By Fabrice Collard, Sujoy Mukerji, Kevin Sheppard and Jean-Marc Tallon
This paper assesses the quantitative impact of ambiguity on the historically observed equity premium. We consider a Lucas-tree pure-exchange economy with a single agent where we introduce two key non-standard assumptions. First, the agent’s beliefs about the dividend/consumption process is ambiguous. Second, the agent’s preferences are sensitive to this ambiguity. We further extend the model to allow for uncertainty about the magnitude of the persistence of the latent state. The agent’s beliefs are ambiguous due to the uncertainty about the conditional mean of the probability distribution on consumption and dividends in the next period. This results in an endogenously volatile and (counter-) cyclical equity premium. We calibrate the level of ambiguity aversion to match only the first moment of the risk-free rate in data, and ambiguity to match the uncertainty conditional on the historical growth path, and evaluate the model using moderate levels of risk aversion. We find that this simple modification of Lucas-tree model accounts for a large part of the historical equity premium, both in terms of its level and variation over time.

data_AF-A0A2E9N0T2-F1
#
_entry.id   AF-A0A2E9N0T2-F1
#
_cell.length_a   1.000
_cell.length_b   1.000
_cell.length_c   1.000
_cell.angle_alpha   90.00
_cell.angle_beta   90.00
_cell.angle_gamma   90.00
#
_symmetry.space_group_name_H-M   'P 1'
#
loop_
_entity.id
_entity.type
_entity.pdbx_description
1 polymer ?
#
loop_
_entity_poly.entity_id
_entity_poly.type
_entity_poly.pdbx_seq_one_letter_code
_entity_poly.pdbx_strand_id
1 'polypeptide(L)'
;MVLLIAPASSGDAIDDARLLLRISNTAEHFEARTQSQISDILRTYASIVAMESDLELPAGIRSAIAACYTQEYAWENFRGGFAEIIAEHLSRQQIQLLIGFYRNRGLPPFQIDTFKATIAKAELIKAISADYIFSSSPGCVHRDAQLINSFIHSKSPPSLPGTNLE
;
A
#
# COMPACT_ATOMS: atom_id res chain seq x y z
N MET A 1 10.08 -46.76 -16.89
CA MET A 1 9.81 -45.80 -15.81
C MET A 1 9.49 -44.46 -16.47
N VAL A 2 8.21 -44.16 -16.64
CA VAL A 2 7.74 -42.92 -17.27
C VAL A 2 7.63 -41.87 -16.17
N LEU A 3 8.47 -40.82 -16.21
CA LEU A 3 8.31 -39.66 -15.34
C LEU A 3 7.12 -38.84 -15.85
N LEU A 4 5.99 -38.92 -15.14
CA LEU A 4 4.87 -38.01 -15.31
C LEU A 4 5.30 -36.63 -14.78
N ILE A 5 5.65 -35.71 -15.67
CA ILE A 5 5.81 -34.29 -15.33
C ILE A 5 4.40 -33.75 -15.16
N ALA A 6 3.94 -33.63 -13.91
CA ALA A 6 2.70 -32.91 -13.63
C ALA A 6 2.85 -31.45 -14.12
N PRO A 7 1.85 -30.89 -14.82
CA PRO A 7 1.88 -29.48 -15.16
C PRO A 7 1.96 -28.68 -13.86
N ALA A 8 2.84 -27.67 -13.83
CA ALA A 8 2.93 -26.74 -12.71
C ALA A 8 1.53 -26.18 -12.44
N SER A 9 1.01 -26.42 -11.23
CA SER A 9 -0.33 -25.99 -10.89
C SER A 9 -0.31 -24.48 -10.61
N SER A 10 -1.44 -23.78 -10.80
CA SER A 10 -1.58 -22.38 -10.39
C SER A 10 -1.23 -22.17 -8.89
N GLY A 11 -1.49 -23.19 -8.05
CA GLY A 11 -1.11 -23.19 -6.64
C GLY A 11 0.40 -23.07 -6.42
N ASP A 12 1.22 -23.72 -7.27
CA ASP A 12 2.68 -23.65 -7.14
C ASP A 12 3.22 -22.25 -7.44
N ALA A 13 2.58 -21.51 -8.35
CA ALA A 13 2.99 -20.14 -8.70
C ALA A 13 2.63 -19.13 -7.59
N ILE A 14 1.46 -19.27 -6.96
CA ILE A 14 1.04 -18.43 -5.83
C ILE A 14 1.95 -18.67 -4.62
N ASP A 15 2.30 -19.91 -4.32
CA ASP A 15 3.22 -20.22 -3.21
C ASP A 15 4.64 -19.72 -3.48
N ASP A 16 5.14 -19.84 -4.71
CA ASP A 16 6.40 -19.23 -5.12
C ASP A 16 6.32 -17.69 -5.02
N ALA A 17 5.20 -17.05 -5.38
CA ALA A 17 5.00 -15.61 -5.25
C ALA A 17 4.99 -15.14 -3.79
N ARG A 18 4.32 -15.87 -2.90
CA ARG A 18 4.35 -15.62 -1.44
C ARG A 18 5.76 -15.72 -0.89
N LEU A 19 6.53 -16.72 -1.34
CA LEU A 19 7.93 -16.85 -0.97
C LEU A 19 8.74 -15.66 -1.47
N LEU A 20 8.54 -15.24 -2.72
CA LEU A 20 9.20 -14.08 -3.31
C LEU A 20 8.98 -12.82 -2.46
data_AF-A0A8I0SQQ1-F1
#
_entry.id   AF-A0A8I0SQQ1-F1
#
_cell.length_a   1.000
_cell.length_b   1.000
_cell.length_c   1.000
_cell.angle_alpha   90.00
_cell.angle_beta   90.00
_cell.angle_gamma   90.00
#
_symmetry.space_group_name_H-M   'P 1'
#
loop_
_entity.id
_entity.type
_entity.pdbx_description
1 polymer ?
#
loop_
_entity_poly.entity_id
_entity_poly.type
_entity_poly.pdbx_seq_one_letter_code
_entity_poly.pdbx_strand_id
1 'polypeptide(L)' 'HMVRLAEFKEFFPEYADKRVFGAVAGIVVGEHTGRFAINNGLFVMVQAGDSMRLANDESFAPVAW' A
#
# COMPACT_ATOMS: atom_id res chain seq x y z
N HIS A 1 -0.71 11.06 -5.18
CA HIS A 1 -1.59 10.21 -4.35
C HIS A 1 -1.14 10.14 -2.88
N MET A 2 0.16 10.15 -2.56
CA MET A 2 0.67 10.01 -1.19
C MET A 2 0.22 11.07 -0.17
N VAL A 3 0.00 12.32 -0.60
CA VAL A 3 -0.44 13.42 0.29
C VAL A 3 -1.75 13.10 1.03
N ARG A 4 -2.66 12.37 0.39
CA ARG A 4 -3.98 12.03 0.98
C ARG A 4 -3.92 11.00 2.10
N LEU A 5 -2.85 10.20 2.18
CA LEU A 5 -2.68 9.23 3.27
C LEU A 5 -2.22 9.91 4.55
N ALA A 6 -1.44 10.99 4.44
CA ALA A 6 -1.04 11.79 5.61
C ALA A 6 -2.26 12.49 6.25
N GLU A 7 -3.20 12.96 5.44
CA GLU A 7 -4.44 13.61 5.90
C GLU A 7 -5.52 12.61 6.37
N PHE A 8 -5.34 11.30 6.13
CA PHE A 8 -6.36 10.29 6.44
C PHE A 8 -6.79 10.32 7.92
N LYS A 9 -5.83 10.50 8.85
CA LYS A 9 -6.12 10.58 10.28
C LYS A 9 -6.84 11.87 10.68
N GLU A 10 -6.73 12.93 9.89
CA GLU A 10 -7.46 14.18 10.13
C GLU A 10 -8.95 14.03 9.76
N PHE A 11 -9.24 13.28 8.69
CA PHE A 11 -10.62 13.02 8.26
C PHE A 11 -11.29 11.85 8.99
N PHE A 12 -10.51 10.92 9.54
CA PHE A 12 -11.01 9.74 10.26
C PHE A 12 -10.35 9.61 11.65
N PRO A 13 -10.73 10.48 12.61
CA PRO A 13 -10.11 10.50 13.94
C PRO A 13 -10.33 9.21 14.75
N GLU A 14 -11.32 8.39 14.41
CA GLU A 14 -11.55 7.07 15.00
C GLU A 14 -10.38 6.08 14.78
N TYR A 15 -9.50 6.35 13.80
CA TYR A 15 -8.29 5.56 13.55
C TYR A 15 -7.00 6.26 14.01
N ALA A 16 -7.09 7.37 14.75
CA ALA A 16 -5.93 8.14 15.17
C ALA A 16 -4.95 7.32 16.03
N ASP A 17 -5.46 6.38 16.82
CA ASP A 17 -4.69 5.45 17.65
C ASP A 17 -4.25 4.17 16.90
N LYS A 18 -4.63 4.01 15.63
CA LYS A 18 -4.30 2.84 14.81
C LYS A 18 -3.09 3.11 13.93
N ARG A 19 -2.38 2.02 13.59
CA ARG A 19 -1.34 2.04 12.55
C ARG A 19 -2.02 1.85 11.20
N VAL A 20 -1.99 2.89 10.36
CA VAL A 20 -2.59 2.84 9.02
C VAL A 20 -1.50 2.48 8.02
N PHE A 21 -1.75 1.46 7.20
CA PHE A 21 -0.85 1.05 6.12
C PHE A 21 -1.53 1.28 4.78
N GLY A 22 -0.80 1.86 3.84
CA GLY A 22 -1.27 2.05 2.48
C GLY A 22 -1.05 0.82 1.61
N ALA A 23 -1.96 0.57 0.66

Ambiguity is largely neglected in the macro and finance literature, but it can obviously have an impact on risk premia (broadly defined). This paper show that ambiguity can in fact be a very important contributor to the equity premium puzzle.